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Wikis in higher education

Date:
December 3, 2010
Source:
Inderscience
Summary:
As the issue of student fees remains high on the political agenda, researchers continue to investigate ways in which teaching standards might be maintained or even improved in higher education. This is particularly apposite given the current economic climate and the employability of students leaving education. Writing in a new article, researchers in Scotland explain how wikis can assist in this regard.

As the issue of student fees remains high on the political agenda researchers continue to investigate ways in which teaching standards might be maintained or even improved in higher education. This is particularly apposite given the current economic climate and the employability of students leaving education.

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Writing in the International Journal of Innovation in Education, a team at Glasgow Caledonian University, in Scotland, explains how wikis can assist in this regard. A wiki, from the Hawaiian word for hurry, "wiki-wiki," is a website that allows interlinked pages to be created and edited rapidly. In general, a wiki is editable by its readers or members, as is the case with the online encyclopedia Wikipedia. Wikis, however, can have limited access and users might be given only certain rights to edit or amend pages within the wiki. Wikis are considered to be part of the web 2.0 content of the world-wide web and are more akin to the vision of the web's inventor Tim Berners-Lee than the static, uneditable pages from which the majority of websites are composed.

Now, Anne Smith, Keith Halcro and Douglas Chalmers have presented the results of an experiment in using web 2.0 technology, and specifically a wiki, in a higher education entrepreneurship context. The researchers have found that because wikis can be created, shared and edited among multiple users, that they present an ideal opportunity for social learning in student groups. "Web 2.0 is evolving rapidly, and it is clear that these new technologies bring diverse groups together; connecting previously unconnected businesses with universities and students in social learning," the team says.

The team engaged students on an entrepreneurship course to contribute to wikis in different ways: individually and in groups of three to five students to produce formative and summative assessments. The researchers then monitored and assessed the creativity and techniques used by the students in building a valuable online resource. They also collected data on student experience through questionnaires and reflective reports. Their results suggest that web 2.0 tools such as wikis can be part of an inexpensive solution to teaching and assessment.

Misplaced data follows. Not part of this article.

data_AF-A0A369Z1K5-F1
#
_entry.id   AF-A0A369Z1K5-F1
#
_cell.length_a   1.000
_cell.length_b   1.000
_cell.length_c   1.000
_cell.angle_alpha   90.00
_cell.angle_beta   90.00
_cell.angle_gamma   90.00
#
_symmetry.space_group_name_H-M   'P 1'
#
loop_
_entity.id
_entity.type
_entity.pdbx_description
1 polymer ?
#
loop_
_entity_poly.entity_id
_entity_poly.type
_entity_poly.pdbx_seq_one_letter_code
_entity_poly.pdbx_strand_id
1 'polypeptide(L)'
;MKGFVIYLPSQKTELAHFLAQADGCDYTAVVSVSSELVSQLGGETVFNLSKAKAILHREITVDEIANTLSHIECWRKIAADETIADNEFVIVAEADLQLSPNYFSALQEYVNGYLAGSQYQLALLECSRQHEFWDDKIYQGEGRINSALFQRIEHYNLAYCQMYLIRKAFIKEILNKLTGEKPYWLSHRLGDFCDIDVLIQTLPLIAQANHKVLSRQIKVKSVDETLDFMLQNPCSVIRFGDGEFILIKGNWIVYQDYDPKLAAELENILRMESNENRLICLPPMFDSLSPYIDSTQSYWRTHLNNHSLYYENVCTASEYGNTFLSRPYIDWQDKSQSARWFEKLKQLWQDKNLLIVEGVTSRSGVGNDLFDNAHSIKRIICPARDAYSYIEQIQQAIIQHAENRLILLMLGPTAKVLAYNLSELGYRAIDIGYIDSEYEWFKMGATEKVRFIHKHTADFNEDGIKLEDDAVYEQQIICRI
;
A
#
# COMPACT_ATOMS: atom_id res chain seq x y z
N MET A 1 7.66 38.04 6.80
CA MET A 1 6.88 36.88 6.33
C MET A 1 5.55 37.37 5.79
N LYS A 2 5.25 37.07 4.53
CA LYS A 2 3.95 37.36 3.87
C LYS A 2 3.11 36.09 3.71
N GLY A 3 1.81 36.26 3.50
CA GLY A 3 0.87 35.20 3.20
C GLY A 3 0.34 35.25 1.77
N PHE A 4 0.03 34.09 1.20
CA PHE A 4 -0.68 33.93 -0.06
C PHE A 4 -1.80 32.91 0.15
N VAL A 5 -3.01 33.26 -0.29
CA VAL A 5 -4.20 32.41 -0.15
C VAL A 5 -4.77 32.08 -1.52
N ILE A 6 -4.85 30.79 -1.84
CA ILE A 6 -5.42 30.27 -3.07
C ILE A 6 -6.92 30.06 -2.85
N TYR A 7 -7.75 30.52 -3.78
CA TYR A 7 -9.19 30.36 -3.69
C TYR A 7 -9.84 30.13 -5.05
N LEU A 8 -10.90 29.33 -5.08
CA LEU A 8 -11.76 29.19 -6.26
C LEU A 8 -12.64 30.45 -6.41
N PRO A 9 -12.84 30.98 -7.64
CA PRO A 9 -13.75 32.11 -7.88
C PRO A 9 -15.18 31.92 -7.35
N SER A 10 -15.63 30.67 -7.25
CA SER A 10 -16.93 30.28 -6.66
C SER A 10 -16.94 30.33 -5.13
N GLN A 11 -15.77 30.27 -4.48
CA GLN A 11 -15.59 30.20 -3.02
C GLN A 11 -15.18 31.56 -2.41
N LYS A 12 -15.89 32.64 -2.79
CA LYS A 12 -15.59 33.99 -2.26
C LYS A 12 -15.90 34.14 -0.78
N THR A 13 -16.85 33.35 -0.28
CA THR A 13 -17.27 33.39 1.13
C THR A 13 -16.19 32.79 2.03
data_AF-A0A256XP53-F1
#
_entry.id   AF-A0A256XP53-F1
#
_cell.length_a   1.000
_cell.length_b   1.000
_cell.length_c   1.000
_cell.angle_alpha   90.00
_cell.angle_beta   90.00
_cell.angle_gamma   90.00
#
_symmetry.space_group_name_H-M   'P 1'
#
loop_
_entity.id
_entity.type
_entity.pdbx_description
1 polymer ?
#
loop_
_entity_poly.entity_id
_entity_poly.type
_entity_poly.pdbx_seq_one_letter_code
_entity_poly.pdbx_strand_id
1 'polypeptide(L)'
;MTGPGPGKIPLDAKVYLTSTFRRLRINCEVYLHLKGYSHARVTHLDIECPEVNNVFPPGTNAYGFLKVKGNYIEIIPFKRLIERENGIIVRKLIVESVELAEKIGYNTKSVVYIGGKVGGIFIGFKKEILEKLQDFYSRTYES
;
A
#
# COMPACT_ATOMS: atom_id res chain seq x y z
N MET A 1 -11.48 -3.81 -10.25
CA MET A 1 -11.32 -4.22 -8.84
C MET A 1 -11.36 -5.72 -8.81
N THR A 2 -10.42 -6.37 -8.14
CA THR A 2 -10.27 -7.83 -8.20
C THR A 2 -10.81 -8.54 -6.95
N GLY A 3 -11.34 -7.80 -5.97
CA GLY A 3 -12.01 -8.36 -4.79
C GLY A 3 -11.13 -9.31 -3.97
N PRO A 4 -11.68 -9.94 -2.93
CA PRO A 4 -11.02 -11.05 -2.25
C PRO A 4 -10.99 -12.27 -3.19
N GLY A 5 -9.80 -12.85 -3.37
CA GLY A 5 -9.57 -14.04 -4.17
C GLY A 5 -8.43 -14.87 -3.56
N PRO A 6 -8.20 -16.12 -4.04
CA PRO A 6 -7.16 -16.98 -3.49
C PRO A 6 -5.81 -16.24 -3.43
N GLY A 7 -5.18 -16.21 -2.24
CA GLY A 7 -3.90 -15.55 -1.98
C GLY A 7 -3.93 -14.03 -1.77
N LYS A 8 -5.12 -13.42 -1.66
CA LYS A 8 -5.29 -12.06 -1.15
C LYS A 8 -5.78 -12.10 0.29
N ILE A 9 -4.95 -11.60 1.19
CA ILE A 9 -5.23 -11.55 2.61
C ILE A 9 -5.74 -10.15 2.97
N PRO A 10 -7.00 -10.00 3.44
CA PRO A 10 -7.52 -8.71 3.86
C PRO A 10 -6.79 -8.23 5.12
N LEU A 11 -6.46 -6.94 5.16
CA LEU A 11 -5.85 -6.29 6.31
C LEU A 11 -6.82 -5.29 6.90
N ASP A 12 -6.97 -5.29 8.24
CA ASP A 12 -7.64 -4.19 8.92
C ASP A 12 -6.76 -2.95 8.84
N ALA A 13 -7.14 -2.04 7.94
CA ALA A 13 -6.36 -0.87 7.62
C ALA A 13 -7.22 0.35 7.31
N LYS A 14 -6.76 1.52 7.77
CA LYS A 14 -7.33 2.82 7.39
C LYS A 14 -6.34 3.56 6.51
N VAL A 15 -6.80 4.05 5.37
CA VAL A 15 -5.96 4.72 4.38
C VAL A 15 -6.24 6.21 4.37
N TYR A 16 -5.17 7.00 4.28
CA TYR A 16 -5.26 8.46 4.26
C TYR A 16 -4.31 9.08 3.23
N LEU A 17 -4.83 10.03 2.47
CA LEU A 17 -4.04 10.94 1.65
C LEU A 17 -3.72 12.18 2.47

Despite the positive results, the team concedes that there are some issues of wiki management and student assessment that must be considered as the approach is developed for wider use in higher education. Fundamentally, however, wikis can connect students and can connect students with their tutors and mentors. This connectivity can be technological, through mobile and PC technology but equally there exists a social connectivity and an economic connectivity for students that is not always possible without such information technology tools.


Story Source:

The above story is based on materials provided by Inderscience. Note: Materials may be edited for content and length.


Journal Reference:

  1. Anne M.J. Smith, Keith Halcro, Douglas Chalmers. Using web 2.0 technology in entrepreneurship education: Wikis as a tool for collaborative and collective learning. International Journal of Innovation in Education, 2010; 1 (2): 124 DOI: 10.1504/IJIIE.2010.036855

Cite This Page:

Inderscience. "Wikis in higher education." ScienceDaily. ScienceDaily, 3 December 2010. <www.sciencedaily.com/releases/2010/12/101203081807.htm>.
Inderscience. (2010, December 3). Wikis in higher education. ScienceDaily. Retrieved December 20, 2014 from www.sciencedaily.com/releases/2010/12/101203081807.htm
Inderscience. "Wikis in higher education." ScienceDaily. www.sciencedaily.com/releases/2010/12/101203081807.htm (accessed December 20, 2014).

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